|Inside 7 Monks (photo credit: Jon-Paul Allgaier)
One year after opening their doors, the owners of downtown Traverse City taproom 7 Monks have their eyes on a big party for a good cause, continued growth, and tweaks to their bar concept.
On Saturday, October 6, 7 Monks will host its inaugural Oktoberfest party, a Traverse City take on the traditional German festival held in Munich every fall. The event, which will be held in a themed tent in the parking lot behind the bar, will feature German sausages and food, traditional music and -- of course -- a variety of German-style brews.
“German beers are great for anyone new to the craft brew world,” says 7 Monks owner Matt Cozzens. “Connoisseurs love them too. They’re smooth, very drinkable beers.”
Cozzens worked with local police and fire departments as well as the Michigan Liquor Control Commission (MLCC) to secure permits to hold the festival – the first time 7 Monks has hosted an event outside its taproom.
“We hope to get some folks showing up in lederhosen,” laughs general manager Jason Kasdorf.
While the timing of the event lines up with the traditional season of brew celebration, it’s also concurrent with another cause dear to Cozzens’ heart – Breast Cancer Awareness Month. Oktoberfest will not have a cover charge, but donations will be accepted throughout the event to help benefit local residents battling breast cancer.
“It’s crucial for us to give back as a business,” says Cozzens. “Breast cancer awareness is an important cause, and the timing couldn’t be more perfect to highlight it through this event.”
In March, a number of employees and patrons shaved their heads to raise funds for the St. Baldrick’s Foundation. Last Month, 7 Monks hosted Scott Edson of Edson Farms as part of his Detroit-to-Traverse City bike ride to raise money for Alzheimer’s research.
Cozzens hopes to host similar events going forward. Now that the bar has hit its one-year mark, he and the rest of his management team are taking stock of their successes – and lessons learned – to help outline a game plan for upcoming years.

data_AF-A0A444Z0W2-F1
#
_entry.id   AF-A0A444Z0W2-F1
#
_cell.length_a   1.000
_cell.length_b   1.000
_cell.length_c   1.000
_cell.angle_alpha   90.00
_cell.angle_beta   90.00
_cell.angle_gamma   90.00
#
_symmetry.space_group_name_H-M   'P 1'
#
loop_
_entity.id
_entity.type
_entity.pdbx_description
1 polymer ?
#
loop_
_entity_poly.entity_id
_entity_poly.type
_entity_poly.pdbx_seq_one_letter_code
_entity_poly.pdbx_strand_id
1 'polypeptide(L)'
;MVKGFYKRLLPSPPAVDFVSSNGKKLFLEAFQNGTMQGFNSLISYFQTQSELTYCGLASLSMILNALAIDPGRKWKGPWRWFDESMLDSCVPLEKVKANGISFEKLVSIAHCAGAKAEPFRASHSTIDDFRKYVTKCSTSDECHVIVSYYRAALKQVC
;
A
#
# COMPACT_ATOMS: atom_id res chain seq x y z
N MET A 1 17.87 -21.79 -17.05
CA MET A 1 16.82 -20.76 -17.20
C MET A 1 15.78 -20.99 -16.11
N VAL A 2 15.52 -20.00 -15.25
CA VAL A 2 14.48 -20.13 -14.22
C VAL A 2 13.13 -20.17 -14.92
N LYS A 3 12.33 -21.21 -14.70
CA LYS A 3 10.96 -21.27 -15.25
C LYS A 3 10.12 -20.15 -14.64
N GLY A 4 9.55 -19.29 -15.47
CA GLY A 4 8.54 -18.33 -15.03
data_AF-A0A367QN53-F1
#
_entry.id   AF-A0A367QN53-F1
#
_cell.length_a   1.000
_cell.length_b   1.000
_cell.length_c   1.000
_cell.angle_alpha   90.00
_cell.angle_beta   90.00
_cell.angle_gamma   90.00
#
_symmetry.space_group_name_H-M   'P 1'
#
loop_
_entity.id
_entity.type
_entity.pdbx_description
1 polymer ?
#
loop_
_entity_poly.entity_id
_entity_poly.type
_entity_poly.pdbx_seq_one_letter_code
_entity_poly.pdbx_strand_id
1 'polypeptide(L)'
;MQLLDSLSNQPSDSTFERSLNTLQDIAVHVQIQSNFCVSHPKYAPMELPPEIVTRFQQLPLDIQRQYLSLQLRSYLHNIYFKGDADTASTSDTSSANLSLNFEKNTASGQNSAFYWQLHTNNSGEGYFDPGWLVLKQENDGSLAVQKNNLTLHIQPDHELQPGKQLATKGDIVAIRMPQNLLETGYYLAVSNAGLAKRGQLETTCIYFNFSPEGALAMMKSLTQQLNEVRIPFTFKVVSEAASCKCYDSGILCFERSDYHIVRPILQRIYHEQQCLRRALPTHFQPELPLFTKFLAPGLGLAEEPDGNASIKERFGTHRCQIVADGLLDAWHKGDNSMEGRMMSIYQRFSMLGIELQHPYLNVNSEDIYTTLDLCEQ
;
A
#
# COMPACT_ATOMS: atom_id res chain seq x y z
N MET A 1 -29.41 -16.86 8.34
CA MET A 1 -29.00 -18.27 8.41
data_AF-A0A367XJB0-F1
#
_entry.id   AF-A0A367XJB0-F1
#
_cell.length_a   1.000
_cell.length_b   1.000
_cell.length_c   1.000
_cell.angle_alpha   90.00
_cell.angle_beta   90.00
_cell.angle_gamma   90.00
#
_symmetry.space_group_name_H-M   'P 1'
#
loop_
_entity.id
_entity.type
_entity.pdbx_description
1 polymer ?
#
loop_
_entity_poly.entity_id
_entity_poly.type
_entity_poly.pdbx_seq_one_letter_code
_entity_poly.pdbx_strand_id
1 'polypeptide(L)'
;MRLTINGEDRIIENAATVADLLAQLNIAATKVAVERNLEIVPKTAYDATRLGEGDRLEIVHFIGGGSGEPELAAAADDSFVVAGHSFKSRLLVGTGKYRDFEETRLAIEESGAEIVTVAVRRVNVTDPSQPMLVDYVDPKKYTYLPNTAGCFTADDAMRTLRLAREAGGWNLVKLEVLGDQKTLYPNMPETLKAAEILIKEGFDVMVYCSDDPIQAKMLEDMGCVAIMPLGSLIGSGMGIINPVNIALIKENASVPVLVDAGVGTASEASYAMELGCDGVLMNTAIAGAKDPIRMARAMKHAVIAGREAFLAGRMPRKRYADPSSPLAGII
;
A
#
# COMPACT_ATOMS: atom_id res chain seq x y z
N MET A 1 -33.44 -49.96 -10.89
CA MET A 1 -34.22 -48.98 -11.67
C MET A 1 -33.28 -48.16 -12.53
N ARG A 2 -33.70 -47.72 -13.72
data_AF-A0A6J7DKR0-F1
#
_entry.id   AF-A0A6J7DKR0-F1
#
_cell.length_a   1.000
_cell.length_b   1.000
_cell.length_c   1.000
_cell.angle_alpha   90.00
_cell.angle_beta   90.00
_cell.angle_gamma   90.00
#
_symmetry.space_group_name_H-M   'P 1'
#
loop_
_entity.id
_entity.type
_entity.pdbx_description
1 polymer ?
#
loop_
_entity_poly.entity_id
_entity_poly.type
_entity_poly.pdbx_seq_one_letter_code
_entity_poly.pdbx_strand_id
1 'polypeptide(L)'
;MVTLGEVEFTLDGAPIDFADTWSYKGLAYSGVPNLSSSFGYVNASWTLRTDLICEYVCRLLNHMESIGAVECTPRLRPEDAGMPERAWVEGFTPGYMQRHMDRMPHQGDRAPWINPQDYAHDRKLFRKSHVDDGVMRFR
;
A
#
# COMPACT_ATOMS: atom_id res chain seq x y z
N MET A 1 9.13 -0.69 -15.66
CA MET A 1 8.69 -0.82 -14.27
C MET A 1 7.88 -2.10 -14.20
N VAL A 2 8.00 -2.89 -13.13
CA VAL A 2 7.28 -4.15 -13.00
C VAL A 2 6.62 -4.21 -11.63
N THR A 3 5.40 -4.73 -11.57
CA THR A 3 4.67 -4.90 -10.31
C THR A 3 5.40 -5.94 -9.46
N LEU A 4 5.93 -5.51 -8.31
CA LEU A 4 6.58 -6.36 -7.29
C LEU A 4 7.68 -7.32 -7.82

“We’d like to host more beer dinners and tap takeovers,” says Cozzens. “We’re also considering the possibility of brewing our own 7 Monks beer in-house down the road.”
That move would require some business restructuring and likely be limited to just a handful of flavors, but would allow the taproom to sell growlers – something customers trying 7 Monks’ wide array of brews frequently request. (Something else requested frequently? Short's Soft Parade, which is 7 Monks' best seller).
Reaching out beyond the strictly craft beer demographic, Cozzens also recently introduced a weekend Bloody Mary bar from 12-2 p.m. and expanded the bar’s food menu.
In its first year, 7 Monks has grown from 15 to 25 staff members, many of whom are Certified Beer Servers through the difficult Cicerone Certification Program, while more than 100 patrons have joined the Friars Union, a $100 annual membership program.
Cozzens credits the bar’s success with the support for locally crafted products in Traverse City – “craft brews just make sense in a foodie town like ours” – and hopes to continue supporting great causes while wooing more people over to great beers.
“We’re huge supporters of the Michigan brew culture,” says Cozzens. “We have a beer for everyone. That’s our job.”